Category: Research

LOCOST : LOng COntext abstractive summarization with STate-space models

As the amount of textual data generated every day continues to increase exponentially, the need for tools capable of synthesising, analysing and understanding vast quantities of text has become essential in many fields. The state of the art, represented by neural architectures based on “transformers”, presents limitations in terms of resource consumption, especially when the texts to be processed are long.

The LOCOST model has emerged in this context of growing demand for automatic natural language processing. Its aim is to find a more resource-efficient method capable of processing texts of several dozen pages. LOCOST represents an innovative response to the challenges posed by the processing of long texts, opening up new prospects for the analysis and understanding of textual information on a large scale.

This work is being led by a team of researchers from various French and Singaporean institutions, including ISIR (CNRS/Sorbonne Université), LAMSADE at (CNRS/Université Paris Dauphine-PSL), the Criteo AI Lab, the Institute for Infocomm Research (A*Star), Nanyang Technological University, and AgroParisTech.

Description of the LOCOST model by ISIR members involved in this work.

Innovation compared with traditional word processing models

The main challenge of the LOCOST model is to find an efficient alternative to models that represent the state of the art in text generation, known as “transformers”. Although the latter are widely used for text generation, they consume considerable computing resources when confronted with large texts.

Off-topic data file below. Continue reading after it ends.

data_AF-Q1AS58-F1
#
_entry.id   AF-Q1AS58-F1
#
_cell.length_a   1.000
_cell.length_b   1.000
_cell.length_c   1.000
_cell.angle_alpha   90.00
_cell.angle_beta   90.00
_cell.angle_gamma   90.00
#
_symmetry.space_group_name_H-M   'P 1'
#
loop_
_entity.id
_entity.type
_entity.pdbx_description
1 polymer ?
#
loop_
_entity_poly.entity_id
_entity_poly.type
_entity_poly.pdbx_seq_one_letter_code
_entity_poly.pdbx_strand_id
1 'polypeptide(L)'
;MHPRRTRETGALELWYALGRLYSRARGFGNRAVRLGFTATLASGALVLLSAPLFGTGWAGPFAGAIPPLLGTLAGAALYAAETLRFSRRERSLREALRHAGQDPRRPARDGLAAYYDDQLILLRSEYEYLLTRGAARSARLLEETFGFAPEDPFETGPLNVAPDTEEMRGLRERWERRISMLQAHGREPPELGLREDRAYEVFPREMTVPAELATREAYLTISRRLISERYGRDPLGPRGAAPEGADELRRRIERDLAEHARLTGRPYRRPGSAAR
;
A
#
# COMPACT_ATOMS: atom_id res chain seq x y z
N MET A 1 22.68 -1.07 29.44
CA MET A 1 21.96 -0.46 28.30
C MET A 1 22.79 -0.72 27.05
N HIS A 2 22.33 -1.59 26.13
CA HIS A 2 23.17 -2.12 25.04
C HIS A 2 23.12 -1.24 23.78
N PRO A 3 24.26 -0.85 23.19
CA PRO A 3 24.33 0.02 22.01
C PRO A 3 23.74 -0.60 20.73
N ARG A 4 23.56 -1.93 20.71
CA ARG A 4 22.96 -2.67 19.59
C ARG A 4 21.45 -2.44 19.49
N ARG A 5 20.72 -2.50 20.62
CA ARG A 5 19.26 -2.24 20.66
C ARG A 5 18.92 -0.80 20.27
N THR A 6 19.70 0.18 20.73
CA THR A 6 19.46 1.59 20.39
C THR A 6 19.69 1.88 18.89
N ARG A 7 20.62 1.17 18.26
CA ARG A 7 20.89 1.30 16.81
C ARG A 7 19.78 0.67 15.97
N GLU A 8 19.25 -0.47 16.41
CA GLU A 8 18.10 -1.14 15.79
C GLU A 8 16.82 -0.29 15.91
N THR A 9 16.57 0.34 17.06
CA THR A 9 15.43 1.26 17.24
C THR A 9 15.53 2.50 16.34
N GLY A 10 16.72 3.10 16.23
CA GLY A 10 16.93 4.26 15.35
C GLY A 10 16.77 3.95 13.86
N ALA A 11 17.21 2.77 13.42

This is where LOCOST’s innovation comes in, using an encoder-decoder architecture based on state-space models with sub-quadratic complexity as a function of the model input. The research team succeeded in designing a system capable of handling text sequences of up to 500,000 words, while offering performance comparable to traditional “transformers”. However, what really sets this model apart is its efficiency: it saves up to 50% of memory during training and up to 87% during inference.

Towards new textual horizons

The applications of this discovery are vast. Not only does it pave the way for more efficient processing of long texts, but it also offers new perspectives for fields such as law, medicine and literature, which require the processing of large volumes of text. 

The project members have already begun to explore various applications for their model, including the automatic summarisation of long texts such as scientific documents, administrative reports and books. But the possibilities don’t stop there. The team also plans to extend their architecture to other text generation tasks, such as the translation of long documents, as well as to other modalities such as the processing of spreadsheet files.

Although the state-space architecture used by LOCOST is still relatively new, the research team is optimistic about its potential for future improvement. They hope to refine their system further to make it even more efficient and effective.

The LOCOST model thus represents a breakthrough in the field of automatic natural language processing. The work published under the title “LOCOST: State-Space Models for Long Document Abstractive Summarization” was awarded the Best Paper Award at the 18th Conference of the European Chapter of the Association for Computational Linguistics (EACL 2024), held from 17 to 22 March 2024. By offering an efficient and resource-saving alternative to existing models, this work opens up new prospects for text processing, where long documents can be analysed and summarised more quickly and accurately.

Scientific contact at ISIR: Florian Le Bronnec, PhD student ; Song Duong, PhD student ; Laure Soulier, Senior Lecturer ; et Patrick Gallinari, University Professor.

Link to the paper: https://arxiv.org/abs/2401.17919

Published April 25, 2024.